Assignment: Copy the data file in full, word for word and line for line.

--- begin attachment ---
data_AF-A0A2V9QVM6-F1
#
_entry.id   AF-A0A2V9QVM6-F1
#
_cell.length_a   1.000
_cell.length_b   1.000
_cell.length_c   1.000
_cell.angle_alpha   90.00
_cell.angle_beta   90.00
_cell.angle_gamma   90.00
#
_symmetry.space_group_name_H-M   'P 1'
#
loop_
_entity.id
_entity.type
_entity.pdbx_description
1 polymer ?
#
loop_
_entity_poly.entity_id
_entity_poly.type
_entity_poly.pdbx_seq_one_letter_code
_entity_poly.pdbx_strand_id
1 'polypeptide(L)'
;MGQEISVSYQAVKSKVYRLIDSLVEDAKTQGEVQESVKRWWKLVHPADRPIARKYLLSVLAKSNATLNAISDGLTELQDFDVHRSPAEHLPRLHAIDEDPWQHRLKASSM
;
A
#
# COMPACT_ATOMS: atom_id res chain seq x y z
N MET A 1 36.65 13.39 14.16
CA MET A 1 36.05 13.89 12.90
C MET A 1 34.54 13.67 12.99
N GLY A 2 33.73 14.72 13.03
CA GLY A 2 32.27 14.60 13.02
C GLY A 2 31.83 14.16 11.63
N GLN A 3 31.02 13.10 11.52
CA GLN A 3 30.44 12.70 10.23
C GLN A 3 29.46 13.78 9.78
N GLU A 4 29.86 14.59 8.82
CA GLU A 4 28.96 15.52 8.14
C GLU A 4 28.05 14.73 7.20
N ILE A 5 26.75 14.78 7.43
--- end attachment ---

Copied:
data_AF-A0A2V9QVM6-F1
#
_entry.id   AF-A0A2V9QVM6-F1
#
_cell.length_a   1.000
_cell.length_b   1.000
_cell.length_c   1.000
_cell.angle_alpha   90.00
_cell.angle_beta   90.00
_cell.angle_gamma   90.00
#
_symmetry.space_group_name_H-M   'P 1'
#
loop_
_entity.id
_entity.type
_entity.pdbx_description
1 polymer ?
#
loop_
_entity_poly.entity_id
_entity_poly.type
_entity_poly.pdbx_seq_one_letter_code
_entity_poly.pdbx_strand_id
1 'polypeptide(L)'
;MGQEISVSYQAVKSKVYRLIDSLVEDAKTQGEVQESVKRWWKLVHPADRPIARKYLLSVLAKSNATLNAISDGLTELQDFDVHRSPAEHLPRLHAIDEDPWQHRLKASSM
;
A
#
# COMPACT_ATOMS: atom_id res chain seq x y z
N MET A 1 36.65 13.39 14.16
CA MET A 1 36.05 13.89 12.90
C MET A 1 34.54 13.67 12.99
N GLY A 2 33.73 14.72 13.03
CA GLY A 2 32.27 14.60 13.02
C GLY A 2 31.83 14.16 11.63
N GLN A 3 31.02 13.10 11.52
CA GLN A 3 30.44 12.70 10.23
C GLN A 3 29.46 13.78 9.78
N GLU A 4 29.86 14.59 8.82
CA GLU A 4 28.96 15.52 8.14
C GLU A 4 28.05 14.73 7.20
N ILE A 5 26.75 14.78 7.43